Riccardo Stewart from Redemption Church in Tempe, AZ spoke at Grand Canyon University’s Chapel service this week. He delivered a compelling message about the importance of having a personal relationship with Christ.
Riccardo started by explaining the difference between religion and relationship. While religion consists of the activities we do to make ourselves right with God and others, having a personal relationship with Christ means we know we can never do anything to truly make ourselves right before Him.
God is not impressed by our religious activity, but He is well-pleased by His Son. Therefore, if we accept Jesus into our lives, God is well-pleased with us. Through our personal relationship with Him, we are saved.
Riccardo discussed Philippians 3:1-10, where Paul talks about the importance of knowing Christ, gaining Christ and being found in Him.
Knowing Christ does not simply mean having knowledge about Him. It means knowing Him in a relationship sense. We are to give ourselves fully to Him, because of His great love for us.
In order to gain Christ, we must acknowledge our failures. When we acknowledge that we are in need of a Savior, we can accept His gift of eternal life through having a relationship with Him. To be found in Christ, we must love Him, because He first loved us. This comes through accepting Him as a gift and putting our faith in Him.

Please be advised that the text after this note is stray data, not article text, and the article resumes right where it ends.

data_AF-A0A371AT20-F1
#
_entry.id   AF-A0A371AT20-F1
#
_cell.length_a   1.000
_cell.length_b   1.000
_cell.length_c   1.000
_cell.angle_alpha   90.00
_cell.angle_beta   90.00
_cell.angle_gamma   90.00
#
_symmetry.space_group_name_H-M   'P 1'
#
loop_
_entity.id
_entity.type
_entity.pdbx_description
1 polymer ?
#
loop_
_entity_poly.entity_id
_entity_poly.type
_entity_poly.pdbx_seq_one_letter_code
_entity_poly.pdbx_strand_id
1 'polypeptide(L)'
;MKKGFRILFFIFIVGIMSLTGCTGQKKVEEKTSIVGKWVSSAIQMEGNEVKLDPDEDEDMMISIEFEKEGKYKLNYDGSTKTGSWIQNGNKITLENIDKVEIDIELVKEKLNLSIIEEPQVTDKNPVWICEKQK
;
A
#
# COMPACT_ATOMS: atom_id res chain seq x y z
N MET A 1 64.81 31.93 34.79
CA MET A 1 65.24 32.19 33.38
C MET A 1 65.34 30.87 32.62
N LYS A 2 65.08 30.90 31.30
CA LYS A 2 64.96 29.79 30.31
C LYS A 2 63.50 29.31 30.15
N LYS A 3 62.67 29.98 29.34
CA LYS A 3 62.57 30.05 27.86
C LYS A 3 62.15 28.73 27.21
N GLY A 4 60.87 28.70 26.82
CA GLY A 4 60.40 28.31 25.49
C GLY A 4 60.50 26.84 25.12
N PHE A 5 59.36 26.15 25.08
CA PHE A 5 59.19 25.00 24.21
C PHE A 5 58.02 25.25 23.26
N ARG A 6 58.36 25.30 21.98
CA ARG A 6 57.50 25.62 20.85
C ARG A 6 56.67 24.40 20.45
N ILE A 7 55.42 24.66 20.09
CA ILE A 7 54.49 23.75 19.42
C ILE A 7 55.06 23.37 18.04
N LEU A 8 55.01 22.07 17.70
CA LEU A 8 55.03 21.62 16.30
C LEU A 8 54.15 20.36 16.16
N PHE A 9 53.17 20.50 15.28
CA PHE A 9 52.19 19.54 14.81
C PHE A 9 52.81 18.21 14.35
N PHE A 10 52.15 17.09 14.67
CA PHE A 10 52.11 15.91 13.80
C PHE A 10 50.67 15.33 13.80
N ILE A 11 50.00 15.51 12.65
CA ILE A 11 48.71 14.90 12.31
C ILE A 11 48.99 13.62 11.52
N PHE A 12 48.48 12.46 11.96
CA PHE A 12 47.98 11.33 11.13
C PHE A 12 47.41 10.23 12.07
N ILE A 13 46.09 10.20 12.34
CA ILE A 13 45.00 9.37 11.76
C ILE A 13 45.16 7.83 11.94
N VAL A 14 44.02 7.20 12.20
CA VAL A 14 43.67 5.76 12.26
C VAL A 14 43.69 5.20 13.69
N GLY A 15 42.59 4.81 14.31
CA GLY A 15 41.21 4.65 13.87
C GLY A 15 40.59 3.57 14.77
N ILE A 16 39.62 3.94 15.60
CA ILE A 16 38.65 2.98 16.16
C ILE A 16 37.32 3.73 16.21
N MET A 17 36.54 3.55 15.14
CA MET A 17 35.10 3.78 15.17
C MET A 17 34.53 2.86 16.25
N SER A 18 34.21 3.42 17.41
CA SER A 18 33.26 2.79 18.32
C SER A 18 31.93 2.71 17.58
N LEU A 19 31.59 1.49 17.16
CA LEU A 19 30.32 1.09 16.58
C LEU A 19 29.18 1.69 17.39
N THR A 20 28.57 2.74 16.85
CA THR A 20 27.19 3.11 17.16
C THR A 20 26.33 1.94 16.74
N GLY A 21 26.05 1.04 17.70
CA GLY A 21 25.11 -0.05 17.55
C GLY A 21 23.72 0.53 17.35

We live in a society that says we have to do things to get somewhere. For this reason, it is hard for us to accept God’s love as a gift. However, it is important to keep in mind that we do not have a “spiritual banking account.” We cannot do things to make God love us any more or any less.
Ultimately, it is important to remember God loves us no matter what, and we are fully known and fully accepted by Him. Rather than doing good works to earn His approval, our obedience should flow from His love and the personal relationship we have with Him.
Watch the full service below:
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The views and opinions expressed in this article are those of the author’s and do not necessarily reflect the official policy or position of Grand Canyon University. Any sources cited were accurate as of the publish date.